Regional Analysis of Eastern Province Feeder Road Project - District level estimation of the Poverty Alleviation Effects of Rural Roads Improvements in Zambia’s Eastern Province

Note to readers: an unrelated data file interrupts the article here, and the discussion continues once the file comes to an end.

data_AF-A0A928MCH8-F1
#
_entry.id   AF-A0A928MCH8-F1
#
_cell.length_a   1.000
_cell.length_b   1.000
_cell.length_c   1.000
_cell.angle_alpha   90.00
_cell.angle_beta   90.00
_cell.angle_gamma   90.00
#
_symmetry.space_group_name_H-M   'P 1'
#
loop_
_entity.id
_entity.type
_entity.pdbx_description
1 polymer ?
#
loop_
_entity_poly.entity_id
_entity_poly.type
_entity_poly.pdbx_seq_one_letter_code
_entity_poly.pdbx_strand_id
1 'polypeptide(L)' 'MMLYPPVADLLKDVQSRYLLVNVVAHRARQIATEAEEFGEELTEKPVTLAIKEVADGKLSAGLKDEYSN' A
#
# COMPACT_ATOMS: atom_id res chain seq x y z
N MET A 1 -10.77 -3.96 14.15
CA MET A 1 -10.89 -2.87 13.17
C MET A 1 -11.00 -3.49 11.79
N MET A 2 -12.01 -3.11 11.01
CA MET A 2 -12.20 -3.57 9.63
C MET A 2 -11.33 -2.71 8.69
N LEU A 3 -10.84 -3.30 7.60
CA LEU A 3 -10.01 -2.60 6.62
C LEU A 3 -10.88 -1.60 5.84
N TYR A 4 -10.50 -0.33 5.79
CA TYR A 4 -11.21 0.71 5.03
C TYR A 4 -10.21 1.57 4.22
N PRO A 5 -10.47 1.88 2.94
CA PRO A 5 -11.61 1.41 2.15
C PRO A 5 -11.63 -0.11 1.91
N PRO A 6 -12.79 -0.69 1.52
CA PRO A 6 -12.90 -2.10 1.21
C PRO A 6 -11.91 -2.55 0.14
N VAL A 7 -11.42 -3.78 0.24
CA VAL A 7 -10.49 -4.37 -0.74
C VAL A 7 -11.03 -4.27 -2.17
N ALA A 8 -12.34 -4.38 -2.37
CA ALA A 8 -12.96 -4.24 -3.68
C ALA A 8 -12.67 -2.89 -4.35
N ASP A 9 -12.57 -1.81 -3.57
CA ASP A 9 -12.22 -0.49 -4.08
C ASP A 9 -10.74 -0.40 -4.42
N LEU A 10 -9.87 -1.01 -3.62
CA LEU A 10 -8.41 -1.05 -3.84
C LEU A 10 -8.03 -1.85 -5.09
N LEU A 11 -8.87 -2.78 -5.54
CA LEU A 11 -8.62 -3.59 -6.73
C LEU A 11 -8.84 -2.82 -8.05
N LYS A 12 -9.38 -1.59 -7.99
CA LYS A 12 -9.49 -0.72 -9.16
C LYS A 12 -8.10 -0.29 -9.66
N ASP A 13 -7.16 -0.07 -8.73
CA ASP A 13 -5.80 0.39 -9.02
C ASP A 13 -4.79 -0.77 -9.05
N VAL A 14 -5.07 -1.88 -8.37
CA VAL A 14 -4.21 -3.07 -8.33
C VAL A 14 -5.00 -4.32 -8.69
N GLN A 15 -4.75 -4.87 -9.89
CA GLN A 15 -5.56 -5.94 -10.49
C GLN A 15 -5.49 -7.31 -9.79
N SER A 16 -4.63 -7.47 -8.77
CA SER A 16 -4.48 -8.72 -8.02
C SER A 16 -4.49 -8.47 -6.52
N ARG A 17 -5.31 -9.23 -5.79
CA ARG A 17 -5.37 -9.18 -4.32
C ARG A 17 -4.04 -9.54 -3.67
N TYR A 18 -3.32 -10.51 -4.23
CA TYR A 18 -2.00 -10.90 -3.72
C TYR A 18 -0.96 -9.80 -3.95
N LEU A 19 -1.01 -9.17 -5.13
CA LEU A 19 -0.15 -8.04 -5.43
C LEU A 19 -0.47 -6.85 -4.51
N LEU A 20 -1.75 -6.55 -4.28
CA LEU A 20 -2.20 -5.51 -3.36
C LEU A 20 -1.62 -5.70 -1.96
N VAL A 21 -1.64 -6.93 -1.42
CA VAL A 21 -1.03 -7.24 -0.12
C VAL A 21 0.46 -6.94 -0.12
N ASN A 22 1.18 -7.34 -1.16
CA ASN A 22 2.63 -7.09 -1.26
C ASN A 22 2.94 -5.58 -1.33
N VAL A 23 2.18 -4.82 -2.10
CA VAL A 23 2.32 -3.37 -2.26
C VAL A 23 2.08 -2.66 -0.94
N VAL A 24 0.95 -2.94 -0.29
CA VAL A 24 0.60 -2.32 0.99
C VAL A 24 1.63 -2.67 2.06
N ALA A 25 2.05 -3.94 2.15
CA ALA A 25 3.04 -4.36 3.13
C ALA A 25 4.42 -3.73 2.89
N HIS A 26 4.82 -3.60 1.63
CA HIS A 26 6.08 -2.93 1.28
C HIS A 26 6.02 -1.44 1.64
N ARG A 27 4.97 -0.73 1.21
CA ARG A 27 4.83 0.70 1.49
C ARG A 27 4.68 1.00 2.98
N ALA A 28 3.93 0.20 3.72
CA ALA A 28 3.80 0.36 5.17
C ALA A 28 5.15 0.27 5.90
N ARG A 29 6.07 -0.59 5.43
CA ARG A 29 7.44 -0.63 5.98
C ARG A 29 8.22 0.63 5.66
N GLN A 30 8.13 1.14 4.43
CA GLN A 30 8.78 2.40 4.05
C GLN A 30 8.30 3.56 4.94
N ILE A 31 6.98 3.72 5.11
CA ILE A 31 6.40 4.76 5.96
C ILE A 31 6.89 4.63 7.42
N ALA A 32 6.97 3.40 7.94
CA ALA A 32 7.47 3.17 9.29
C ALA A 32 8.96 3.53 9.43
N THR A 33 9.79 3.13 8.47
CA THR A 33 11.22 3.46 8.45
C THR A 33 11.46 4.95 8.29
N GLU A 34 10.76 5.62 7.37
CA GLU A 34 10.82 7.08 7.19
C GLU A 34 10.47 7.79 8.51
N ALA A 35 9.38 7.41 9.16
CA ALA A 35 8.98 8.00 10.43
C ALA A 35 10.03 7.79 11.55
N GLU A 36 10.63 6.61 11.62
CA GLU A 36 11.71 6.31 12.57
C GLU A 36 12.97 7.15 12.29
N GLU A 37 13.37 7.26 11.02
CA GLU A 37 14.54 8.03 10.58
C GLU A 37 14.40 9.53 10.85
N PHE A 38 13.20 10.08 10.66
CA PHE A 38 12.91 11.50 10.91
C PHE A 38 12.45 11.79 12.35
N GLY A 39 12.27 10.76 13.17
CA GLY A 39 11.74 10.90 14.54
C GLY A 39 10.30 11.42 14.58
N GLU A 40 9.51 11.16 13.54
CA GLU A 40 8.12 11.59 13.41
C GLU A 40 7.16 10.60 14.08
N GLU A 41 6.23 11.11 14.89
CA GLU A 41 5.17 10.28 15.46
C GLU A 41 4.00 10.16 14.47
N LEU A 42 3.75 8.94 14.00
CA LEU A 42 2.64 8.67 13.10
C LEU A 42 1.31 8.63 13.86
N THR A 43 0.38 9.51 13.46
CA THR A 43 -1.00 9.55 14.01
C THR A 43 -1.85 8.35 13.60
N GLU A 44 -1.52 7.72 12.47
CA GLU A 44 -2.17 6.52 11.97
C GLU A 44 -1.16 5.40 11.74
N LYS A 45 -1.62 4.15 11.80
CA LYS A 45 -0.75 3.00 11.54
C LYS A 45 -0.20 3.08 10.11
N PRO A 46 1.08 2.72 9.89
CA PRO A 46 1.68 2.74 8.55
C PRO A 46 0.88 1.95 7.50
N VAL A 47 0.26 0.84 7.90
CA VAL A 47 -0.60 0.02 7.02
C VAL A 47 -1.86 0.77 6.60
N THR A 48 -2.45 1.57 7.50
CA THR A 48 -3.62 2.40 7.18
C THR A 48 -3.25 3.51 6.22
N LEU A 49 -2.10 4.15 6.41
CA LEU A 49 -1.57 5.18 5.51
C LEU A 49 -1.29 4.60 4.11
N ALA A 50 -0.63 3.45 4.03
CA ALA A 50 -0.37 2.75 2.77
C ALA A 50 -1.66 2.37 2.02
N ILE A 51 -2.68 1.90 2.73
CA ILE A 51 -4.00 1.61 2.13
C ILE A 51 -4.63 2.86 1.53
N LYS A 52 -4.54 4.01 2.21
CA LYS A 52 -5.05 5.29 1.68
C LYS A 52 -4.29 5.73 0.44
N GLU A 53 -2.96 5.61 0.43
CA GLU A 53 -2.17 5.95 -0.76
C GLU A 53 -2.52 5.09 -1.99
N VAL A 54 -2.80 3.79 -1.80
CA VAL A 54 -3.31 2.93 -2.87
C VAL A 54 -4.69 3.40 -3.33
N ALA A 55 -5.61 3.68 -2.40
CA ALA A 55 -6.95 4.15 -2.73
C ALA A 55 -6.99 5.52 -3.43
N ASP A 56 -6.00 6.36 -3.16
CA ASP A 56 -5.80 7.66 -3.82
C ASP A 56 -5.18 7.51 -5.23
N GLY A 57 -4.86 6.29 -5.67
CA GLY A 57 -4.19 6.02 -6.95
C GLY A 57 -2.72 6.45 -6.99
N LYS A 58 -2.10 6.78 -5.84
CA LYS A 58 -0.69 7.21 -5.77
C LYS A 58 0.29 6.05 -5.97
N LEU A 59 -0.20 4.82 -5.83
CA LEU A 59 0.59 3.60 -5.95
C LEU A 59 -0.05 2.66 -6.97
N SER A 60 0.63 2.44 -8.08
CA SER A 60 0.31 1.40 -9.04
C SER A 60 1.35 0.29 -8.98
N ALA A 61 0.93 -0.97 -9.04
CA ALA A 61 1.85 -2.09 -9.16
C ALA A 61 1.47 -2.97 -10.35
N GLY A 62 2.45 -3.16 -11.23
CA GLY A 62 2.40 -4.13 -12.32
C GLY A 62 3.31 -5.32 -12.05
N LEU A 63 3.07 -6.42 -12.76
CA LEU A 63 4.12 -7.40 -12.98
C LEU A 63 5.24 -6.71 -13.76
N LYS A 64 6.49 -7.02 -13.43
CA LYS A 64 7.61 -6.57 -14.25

Remarkably little is known about the long-term impacts of project aid to lagging poor areas (Chen, Mu et al. 2006, 2008). This paper contributes to the debate about the role of rural transport infrastructure development in explaining the long-term rural development. In line with Grimm and Klasen (2008) we agree that there is value-added to consider this debate at the micro level within a country as particularly questions of parameter heterogeneity and unobserved heterogeneity are likely to be smaller than between countries. Moreover, at the micro level it is possible to identify more precise transmission mechanisms from rural transport infrastructure to socio-economic development outcomes. This is done empirically by analyzing a UNDP&UNCDF financed rural development project in Zambia’s Eastern Province running from 1997-2002. The secondary datasets consist of respectively a series of repeated cross-sectional living conditions monitoring surveys (LCMSs). The LCMSs were collected in 1998 (baseline) and 2004 (follow-up), that is both prior, during and after the project implementation. Our aim is to assess the ability of the parametric and semi-parametric models as well as using a time- series of cross-sections to provide an adequate description of the logarithm of per adult equivalent consumption of rural household conditional on few covariates, including an infrastructure treatment dummy variable. Although, the mean cotton sales share of household income has more than doubled despite the fact that the mean distance to the input market remained unchanged from 1998 to 2004, the parametric and semi-parametric estimation results are only small and statistically insignificant in terms of gains to mean consumption emerged in the longer-term. The main results are robust to corrections for various sources of selection bias.
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